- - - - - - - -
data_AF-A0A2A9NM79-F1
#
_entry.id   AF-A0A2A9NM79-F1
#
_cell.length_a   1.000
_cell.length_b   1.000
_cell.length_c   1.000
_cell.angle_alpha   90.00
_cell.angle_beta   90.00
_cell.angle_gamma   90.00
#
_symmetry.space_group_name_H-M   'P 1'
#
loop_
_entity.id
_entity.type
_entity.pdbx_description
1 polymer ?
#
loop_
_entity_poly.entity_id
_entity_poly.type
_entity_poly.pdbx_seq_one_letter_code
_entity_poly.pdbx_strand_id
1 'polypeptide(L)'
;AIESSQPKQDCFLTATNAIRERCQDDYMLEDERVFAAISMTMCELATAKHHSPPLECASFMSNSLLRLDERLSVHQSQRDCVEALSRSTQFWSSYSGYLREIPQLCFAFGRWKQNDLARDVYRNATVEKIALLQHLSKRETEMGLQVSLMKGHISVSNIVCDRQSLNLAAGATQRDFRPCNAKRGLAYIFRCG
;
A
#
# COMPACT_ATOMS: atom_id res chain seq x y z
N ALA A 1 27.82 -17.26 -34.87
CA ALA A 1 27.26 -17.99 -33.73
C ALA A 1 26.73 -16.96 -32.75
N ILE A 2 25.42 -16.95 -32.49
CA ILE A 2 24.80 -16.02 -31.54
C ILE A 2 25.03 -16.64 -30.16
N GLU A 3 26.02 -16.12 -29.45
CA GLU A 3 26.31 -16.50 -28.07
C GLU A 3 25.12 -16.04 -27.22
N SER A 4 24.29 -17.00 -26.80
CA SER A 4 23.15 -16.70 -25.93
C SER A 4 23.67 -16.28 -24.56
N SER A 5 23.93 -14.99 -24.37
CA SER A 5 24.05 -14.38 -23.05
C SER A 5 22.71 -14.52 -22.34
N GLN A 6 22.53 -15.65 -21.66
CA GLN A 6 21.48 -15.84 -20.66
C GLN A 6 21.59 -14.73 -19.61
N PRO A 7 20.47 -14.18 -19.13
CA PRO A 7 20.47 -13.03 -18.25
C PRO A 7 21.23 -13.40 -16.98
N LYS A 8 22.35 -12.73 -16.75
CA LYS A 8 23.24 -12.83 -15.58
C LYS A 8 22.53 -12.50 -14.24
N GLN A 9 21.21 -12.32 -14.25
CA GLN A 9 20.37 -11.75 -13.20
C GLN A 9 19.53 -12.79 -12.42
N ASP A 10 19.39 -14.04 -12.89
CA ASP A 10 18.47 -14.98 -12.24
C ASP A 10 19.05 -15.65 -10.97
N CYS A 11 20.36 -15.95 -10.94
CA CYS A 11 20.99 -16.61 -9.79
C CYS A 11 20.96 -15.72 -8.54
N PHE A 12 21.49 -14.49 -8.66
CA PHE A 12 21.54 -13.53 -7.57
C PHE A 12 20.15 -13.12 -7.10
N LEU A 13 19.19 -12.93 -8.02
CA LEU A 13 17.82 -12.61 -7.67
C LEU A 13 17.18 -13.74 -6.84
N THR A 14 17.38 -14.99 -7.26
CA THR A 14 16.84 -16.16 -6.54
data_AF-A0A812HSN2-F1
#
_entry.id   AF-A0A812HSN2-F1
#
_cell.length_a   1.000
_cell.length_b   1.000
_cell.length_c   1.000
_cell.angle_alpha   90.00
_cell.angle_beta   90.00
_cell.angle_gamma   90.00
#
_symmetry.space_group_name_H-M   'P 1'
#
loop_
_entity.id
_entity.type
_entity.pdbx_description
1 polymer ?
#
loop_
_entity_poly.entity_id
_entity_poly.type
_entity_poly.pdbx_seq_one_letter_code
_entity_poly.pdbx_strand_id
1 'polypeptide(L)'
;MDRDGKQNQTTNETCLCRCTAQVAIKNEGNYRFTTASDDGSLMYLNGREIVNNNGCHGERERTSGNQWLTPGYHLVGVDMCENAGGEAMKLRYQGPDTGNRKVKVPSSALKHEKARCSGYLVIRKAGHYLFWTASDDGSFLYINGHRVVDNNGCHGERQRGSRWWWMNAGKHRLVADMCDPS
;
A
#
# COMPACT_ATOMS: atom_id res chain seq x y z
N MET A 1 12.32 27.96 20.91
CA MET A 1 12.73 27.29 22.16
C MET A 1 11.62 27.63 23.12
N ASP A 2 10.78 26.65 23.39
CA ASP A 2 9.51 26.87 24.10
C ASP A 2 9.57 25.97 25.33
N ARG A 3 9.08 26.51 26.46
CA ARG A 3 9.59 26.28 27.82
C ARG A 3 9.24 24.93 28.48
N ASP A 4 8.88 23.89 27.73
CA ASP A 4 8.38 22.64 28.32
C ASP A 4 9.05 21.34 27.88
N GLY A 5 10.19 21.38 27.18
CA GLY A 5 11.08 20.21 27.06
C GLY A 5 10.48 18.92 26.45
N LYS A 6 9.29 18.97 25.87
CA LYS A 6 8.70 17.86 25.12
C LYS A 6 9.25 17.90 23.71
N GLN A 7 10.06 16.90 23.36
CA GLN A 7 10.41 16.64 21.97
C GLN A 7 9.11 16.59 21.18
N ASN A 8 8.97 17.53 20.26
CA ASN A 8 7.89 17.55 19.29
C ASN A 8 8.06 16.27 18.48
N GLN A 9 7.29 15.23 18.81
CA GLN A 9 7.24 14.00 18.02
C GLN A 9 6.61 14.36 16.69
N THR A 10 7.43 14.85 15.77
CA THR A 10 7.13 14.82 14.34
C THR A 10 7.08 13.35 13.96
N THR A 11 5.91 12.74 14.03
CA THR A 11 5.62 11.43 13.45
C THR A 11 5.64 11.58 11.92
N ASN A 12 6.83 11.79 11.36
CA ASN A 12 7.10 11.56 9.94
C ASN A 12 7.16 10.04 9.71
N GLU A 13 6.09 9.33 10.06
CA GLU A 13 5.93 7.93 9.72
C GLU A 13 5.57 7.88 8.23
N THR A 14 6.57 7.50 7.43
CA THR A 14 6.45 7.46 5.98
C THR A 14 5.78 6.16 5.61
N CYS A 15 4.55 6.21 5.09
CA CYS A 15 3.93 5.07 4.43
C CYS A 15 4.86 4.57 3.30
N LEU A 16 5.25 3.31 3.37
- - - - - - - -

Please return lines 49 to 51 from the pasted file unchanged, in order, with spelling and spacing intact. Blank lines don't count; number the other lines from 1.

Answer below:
N PRO A 7 20.47 -14.18 -19.13
CA PRO A 7 20.47 -13.03 -18.25
C PRO A 7 21.23 -13.40 -16.98